Fishkeepers love shrimp because they help keep aquariums clean and algae-free. We love Amano shrimp because they eat large amounts of algae and they’re easy to care for. Plus, they’re peaceful and make ideal tank mates for a variety of fish species.
Amanos are happiest with other members of their own shrimp species and need plenty of space to thrive. The number of Amano shrimp that are suitable per gallon of water depends on your unique aquarium and what other fish you are keeping. In this article, we look at some of these factors so you can estimate how many Amano shrimp are suitable for your home aquarium. Let’s get started!
How many Amano shrimp are suitable per gallon of water?
In general, one Amano per 2–3 gallons is suitable, with a minimum baseline of 10 gallons. Since Amano shrimp like to live in small groups, or troupes, you’ll want to keep at least five or six in your aquarium at once, so you’ll need a tank of at least 20 gallons as a minimum starting point. Since Amano shrimp spend most of their time at the bottom of the tank eating algae and scavenging leftover food, you can easily keep them with a suitable number of fish species in your tank.
Here is a basic rundown of the space that you’ll need for keeping Amano shrimp:
|Aquarium Capacity (gallons)||Ideal Amano count|
|20||6 or less|
|30||10 or less|
|40||13–15 or less|
|50||18–20 or less|
|60||20–23 or less|
What does Amano shrimp eat?
In general, Amano shrimp feed mainly on algae, and this is why it’s important to not overstock your tank with shrimp. If your tank is overpopulated with Amano, they may begin to fight the fish in your tank for food. Amano shrimp are omnivores and will eat almost anything, so besides their staple of algae, they’ll clean up all your fish’s leftover food too.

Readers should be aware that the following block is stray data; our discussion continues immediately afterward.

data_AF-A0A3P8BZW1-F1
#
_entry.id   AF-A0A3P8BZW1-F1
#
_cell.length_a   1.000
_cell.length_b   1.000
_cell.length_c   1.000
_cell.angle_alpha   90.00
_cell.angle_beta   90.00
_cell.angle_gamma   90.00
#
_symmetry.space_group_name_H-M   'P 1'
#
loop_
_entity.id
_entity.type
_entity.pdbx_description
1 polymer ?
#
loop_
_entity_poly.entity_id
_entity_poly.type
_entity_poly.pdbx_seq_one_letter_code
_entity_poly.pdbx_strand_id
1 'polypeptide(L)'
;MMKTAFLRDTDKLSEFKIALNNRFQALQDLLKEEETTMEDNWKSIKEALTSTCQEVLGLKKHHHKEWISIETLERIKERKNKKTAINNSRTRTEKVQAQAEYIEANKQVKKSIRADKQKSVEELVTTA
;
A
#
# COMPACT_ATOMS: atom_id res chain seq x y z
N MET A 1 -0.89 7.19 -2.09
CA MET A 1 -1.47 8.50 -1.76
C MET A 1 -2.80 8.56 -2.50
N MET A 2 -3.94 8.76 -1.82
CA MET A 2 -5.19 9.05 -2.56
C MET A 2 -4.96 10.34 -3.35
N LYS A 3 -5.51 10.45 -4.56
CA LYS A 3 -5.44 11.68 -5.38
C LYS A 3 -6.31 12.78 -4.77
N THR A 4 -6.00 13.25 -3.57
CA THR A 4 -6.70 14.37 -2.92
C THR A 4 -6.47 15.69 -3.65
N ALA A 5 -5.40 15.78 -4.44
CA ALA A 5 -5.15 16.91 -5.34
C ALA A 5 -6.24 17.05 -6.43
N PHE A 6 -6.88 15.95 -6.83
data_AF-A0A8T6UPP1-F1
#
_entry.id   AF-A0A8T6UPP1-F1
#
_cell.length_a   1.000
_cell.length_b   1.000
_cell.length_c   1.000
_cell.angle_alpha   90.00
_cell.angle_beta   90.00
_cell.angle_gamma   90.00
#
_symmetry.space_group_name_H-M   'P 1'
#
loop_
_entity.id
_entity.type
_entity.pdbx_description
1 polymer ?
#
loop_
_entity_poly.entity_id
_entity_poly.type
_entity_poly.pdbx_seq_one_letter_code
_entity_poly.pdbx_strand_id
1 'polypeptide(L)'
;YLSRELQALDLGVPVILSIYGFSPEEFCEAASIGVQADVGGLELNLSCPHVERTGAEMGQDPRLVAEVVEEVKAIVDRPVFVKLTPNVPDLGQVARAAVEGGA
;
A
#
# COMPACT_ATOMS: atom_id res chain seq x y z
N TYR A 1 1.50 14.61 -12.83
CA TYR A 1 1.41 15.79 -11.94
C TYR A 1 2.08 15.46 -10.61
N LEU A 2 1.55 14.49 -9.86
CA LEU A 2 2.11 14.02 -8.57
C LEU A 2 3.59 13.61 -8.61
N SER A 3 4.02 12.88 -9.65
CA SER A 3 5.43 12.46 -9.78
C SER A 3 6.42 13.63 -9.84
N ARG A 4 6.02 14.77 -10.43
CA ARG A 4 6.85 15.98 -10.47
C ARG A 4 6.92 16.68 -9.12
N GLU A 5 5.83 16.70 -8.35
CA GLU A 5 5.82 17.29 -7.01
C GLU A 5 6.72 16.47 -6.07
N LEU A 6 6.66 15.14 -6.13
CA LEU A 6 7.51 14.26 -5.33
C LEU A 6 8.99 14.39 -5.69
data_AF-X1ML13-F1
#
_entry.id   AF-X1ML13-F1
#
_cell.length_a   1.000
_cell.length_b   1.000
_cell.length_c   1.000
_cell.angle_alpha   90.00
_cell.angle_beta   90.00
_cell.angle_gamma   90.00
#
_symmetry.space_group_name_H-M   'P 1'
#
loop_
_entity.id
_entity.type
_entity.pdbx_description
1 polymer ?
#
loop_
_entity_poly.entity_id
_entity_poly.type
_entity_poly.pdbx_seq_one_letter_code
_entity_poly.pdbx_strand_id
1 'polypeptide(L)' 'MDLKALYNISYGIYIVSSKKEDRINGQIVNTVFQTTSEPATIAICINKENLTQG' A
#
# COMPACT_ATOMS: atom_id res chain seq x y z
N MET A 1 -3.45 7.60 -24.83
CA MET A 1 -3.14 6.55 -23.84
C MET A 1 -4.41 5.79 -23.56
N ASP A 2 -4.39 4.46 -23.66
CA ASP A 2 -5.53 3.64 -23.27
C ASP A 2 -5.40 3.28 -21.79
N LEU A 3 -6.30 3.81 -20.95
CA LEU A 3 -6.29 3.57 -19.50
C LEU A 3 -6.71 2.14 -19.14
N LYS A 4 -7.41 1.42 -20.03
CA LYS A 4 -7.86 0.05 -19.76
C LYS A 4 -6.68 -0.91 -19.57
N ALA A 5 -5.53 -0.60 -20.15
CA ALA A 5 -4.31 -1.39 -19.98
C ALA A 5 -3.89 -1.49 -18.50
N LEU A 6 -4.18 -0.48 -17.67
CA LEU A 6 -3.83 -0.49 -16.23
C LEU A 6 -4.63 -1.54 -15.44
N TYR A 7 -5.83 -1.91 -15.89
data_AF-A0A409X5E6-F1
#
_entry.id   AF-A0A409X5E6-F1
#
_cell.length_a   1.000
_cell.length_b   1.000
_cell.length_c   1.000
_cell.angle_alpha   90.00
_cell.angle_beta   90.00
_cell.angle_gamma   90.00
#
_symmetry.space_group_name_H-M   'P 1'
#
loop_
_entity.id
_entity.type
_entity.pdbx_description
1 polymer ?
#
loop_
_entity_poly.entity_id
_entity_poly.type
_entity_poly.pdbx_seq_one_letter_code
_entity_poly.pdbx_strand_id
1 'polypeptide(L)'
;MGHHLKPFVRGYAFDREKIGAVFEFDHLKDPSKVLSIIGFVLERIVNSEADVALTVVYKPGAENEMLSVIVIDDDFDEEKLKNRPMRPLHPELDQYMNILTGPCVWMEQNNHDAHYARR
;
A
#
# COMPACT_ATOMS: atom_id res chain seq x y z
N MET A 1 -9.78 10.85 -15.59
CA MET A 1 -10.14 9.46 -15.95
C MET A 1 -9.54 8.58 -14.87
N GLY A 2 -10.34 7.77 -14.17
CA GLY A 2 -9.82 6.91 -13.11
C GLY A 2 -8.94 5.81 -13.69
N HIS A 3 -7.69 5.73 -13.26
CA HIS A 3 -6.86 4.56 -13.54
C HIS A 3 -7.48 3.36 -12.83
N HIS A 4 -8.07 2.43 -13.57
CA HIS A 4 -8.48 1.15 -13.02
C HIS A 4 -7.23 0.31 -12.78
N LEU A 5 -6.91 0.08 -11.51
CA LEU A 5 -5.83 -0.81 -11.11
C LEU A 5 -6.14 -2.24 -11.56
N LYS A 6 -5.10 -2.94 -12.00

Depending on the number of fish and shrimp in your tank, you may need to give them supplemental food, such as high-quality shrimp pellets or even raw vegetables.
Amano shrimp tankmates
Amano shrimp can live peacefully and happily with most fish species, but they are fairly small shrimp — 1-2 inches — and may be seen as prey by large, predatory fish. If the fish can fit an Amano shrimp in their mouth, your shrimp are definitely at risk of being eaten. These include fish like Bettas, large Plecos, and Gourami.
Amano shrimp lifespan
It’s highly unlikely that your Amanos will breed in your community tank because they require brackish water for reproduction. So, your tank will likely not be overpopulated with Amanos unless you add too many, and they will probably live out their entire lives in your tank without reproducing.
Depending on the tank conditions, Amano shrimp typically live for 2–5 years, and the most vulnerable time for them is the first few days after they’ve been added to your tank. If they survive the first few days or weeks, though, they will most likely live a long life. Most Amano have an average lifespan of 3 years, but with proper care, they are known to live for up to 5 years.
In general, one Amano shrimp per 2–3 gallons of water is a good rule of thumb, with a minimum tank requirement of 10 gallons, as you’ll need to keep them in groups of at least five to six shrimp. However, this is the bare minimum requirement, and there is a difference between thriving and surviving. We recommend a baseline of a 20-gallon tank with five to eight shrimp to make sure they have the space and food that they require. Amano shrimp are hardy and easy to look after and make great additions to any community tank!